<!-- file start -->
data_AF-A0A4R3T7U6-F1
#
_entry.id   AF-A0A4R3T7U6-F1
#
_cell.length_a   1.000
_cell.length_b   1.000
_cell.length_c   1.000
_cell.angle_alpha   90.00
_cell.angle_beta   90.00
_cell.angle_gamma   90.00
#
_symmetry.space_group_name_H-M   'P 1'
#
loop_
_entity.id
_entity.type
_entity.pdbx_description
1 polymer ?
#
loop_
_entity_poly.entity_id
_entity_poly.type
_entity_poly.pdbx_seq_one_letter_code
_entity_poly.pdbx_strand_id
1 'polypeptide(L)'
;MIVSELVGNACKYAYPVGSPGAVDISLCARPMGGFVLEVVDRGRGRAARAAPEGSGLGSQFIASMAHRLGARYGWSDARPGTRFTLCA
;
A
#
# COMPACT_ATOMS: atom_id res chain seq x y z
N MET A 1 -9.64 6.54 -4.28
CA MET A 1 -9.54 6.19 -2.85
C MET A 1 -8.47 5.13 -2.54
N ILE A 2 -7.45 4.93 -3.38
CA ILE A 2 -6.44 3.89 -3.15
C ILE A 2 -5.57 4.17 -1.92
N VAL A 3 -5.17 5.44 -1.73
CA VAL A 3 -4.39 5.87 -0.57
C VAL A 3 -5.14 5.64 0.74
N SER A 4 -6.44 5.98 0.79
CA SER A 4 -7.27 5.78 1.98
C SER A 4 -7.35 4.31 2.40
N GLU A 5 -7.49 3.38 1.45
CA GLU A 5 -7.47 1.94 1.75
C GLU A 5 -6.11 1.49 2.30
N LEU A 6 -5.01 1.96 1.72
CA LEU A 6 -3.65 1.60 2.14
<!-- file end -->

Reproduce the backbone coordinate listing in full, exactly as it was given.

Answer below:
data_AF-A0A4R3T7U6-F1
#
_entry.id   AF-A0A4R3T7U6-F1
#
_cell.length_a   1.000
_cell.length_b   1.000
_cell.length_c   1.000
_cell.angle_alpha   90.00
_cell.angle_beta   90.00
_cell.angle_gamma   90.00
#
_symmetry.space_group_name_H-M   'P 1'
#
loop_
_entity.id
_entity.type
_entity.pdbx_description
1 polymer ?
#
loop_
_entity_poly.entity_id
_entity_poly.type
_entity_poly.pdbx_seq_one_letter_code
_entity_poly.pdbx_strand_id
1 'polypeptide(L)'
;MIVSELVGNACKYAYPVGSPGAVDISLCARPMGGFVLEVVDRGRGRAARAAPEGSGLGSQFIASMAHRLGARYGWSDARPGTRFTLCA
;
A
#
# COMPACT_ATOMS: atom_id res chain seq x y z
N MET A 1 -9.64 6.54 -4.28
CA MET A 1 -9.54 6.19 -2.85
C MET A 1 -8.47 5.13 -2.54
N ILE A 2 -7.45 4.93 -3.38
CA ILE A 2 -6.44 3.89 -3.15
C ILE A 2 -5.57 4.17 -1.92
N VAL A 3 -5.17 5.44 -1.73
CA VAL A 3 -4.39 5.87 -0.57
C VAL A 3 -5.14 5.64 0.74
N SER A 4 -6.44 5.98 0.79
CA SER A 4 -7.27 5.78 1.98
C SER A 4 -7.35 4.31 2.40
N GLU A 5 -7.49 3.38 1.45
CA GLU A 5 -7.47 1.94 1.75
C GLU A 5 -6.11 1.49 2.30
N LEU A 6 -5.01 1.96 1.72
CA LEU A 6 -3.65 1.60 2.14